CNBC Transcript: Arianna Huffington, Founder of Thrive Global

Following is the transcript of an exclusive CNBC interview with Arianna Huffington, founder of Thrive Global at the 2018 World Government Summit in Dubai. The interview was broadcast on CNBC on 12 February 2018.

All references must be sourced to a "CNBC Interview'.

Interviewed by Hadley Gamble, Reporter and Anchor, CNBC.

Hadley Gamble (HG): Arianna, thank you so much for joining us once again.

Arianna Huffington: It's great to be with you, Hadley.

HG: I want to talk about some of the things that are going on and quite relevant here at the World Government Summit when we talk about things like happiness and how to find balance in our lives with Thrive. You've launched a new app. Tell us about that.

Arianna Huffington: So we launched a new app to help us manage our relationship with our phone better. It's paradoxical. It's basically using technology to help us recalibrate our relationship with technology. Because as you know, Hadley, at the end of 2017 was when we realize that there are some really bad unintended consequences about our growing addiction to our phones, and to social media. So our Thrive app helps us put our phone in Thrive mode. So that if you're having dinner with your husband or wife or your children, or you want to have some undistracted time for work, you can put your phone in thrive mode and then, if I do that and you text me, you'll get a text back saying that Arianna is in thrive mode until such and such a time. So it's by direction so it can help us change the culture. So expectations change and we stop glamorizing people who are always on. Instead we help glamourize people who know what's important in their lives and know when to be off. And the other thing that it does is it gives you a dashboard that tracks the use of all your apps, games, everything, Instagram, Candy Crush, you name it.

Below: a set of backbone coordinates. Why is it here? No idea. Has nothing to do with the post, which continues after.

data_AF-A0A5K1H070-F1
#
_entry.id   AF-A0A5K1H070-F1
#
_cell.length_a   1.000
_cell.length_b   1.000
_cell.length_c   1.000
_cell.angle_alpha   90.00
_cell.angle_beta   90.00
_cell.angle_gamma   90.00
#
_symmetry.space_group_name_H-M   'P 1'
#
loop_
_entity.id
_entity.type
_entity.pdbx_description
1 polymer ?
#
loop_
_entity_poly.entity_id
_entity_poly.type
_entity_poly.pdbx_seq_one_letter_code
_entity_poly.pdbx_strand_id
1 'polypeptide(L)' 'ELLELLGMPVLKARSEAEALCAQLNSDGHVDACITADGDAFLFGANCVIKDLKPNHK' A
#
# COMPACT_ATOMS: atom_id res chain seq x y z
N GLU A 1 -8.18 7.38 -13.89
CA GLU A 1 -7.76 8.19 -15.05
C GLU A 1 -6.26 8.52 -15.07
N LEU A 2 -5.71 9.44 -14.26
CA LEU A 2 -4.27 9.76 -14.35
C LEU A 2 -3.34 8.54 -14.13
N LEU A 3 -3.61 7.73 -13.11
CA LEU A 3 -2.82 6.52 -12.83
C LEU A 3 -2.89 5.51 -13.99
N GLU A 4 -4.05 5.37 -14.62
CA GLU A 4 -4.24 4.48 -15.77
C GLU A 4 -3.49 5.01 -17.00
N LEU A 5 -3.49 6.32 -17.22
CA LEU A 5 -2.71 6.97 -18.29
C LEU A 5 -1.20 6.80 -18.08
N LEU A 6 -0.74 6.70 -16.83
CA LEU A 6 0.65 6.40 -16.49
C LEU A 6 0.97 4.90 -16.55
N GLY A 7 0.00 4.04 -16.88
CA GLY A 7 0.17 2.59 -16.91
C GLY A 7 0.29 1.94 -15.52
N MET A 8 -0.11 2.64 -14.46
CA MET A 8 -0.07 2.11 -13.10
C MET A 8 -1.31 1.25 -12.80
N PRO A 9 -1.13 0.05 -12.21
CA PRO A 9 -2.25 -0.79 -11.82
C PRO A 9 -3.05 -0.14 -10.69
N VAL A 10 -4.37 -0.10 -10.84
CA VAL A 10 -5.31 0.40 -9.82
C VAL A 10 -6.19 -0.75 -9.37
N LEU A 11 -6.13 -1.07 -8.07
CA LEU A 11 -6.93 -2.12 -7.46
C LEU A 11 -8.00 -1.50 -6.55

HG: So you know how bad it is.

Arianna Huffington: You know how bad it is and if you decide to spend less time let's say reduce your time on Instagram from two hours to an hour and a half a day. It gives your warnings, notifications and then after an hour and a half it cuts you out. So it's really a coach, a guide to help us take control of our time.

HG: Talk to me a little bit about where so many of the social media sites are going today. We see so much pushback on sites like Instagram, Facebook, a lot of people say they need to be government-regulated. What's your take on that?